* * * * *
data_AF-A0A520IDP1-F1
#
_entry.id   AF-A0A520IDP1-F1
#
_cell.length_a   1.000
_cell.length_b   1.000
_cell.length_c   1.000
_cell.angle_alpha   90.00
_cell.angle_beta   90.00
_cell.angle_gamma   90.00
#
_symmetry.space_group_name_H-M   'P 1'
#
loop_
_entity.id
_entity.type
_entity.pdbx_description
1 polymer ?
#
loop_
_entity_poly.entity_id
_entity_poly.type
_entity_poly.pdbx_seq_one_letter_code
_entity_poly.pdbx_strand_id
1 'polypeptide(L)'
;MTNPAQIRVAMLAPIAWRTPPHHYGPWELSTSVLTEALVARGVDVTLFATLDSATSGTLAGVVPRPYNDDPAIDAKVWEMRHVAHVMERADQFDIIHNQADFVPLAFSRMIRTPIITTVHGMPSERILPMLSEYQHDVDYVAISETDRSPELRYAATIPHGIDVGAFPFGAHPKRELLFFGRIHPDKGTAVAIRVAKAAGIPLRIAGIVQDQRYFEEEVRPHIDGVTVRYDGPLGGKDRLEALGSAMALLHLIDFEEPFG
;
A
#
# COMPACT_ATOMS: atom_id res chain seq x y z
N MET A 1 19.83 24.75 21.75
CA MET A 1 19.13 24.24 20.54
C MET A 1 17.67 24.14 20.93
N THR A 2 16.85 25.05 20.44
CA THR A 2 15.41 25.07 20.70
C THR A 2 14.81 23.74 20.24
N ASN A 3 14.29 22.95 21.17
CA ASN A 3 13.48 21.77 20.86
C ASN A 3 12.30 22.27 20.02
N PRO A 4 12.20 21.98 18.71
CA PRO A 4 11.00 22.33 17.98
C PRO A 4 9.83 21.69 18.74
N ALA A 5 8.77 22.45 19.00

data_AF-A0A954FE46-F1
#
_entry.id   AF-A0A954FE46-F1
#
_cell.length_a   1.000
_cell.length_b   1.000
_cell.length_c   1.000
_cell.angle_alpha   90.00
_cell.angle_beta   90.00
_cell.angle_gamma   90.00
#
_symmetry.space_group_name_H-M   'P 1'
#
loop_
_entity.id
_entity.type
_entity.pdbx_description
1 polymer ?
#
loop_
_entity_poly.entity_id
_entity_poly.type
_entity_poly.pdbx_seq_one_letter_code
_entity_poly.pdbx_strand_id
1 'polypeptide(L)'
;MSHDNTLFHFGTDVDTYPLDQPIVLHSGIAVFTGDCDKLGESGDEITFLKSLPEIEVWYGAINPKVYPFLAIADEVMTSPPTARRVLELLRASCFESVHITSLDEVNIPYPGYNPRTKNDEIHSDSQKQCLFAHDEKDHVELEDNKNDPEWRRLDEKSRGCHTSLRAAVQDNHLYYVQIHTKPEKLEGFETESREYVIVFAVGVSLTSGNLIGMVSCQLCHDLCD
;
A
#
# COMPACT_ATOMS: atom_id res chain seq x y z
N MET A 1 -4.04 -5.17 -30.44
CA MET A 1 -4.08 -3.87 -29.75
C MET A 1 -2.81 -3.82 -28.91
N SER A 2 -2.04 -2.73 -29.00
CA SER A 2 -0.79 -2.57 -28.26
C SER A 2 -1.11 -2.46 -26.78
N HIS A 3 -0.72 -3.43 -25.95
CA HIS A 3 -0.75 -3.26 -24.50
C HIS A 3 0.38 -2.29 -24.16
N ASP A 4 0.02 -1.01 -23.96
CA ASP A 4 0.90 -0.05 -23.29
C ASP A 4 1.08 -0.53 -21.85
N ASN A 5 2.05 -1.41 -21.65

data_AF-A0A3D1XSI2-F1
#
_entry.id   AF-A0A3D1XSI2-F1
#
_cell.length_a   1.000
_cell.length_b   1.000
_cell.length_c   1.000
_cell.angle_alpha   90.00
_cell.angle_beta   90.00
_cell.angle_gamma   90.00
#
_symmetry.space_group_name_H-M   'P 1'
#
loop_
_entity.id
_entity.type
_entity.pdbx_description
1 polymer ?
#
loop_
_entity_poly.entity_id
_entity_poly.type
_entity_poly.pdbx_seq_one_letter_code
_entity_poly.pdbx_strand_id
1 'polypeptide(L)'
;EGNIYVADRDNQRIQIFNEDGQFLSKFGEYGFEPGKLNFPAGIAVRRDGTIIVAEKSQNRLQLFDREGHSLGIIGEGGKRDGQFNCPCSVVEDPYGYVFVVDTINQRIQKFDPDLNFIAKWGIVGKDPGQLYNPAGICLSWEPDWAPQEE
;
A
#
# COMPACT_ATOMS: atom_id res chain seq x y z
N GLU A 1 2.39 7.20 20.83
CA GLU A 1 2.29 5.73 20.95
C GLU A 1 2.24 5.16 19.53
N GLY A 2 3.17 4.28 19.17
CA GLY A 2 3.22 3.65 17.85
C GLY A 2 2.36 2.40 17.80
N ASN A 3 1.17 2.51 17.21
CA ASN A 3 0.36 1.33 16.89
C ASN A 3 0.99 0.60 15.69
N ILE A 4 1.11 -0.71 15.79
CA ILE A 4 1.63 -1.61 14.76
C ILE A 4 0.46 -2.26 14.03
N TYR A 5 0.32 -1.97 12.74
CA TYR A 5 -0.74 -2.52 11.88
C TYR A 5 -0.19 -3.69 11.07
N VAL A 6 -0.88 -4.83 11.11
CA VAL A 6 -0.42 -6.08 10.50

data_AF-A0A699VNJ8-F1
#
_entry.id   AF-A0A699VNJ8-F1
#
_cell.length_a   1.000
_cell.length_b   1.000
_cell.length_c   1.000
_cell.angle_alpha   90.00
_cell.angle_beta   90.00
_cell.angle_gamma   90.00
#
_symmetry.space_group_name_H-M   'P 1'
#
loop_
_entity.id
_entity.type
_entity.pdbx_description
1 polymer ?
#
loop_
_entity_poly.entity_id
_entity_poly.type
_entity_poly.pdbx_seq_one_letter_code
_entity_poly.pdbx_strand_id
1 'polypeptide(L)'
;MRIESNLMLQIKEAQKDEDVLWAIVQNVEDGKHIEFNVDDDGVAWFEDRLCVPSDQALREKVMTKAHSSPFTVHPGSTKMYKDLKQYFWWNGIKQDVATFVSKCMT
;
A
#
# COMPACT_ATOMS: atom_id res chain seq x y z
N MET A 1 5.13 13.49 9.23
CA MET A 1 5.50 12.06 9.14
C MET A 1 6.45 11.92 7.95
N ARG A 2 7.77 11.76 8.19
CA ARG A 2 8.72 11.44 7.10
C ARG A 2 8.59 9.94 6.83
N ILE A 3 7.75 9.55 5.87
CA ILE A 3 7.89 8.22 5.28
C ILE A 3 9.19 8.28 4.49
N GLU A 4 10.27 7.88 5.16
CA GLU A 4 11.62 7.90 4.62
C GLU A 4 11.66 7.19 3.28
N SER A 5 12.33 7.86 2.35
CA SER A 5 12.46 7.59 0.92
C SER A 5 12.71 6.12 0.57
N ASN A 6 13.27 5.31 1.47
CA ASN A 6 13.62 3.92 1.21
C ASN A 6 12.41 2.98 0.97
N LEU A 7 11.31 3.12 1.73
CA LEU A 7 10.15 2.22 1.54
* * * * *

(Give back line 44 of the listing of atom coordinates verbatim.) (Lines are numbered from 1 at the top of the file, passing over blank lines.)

data_AF-A0A954FE46-F1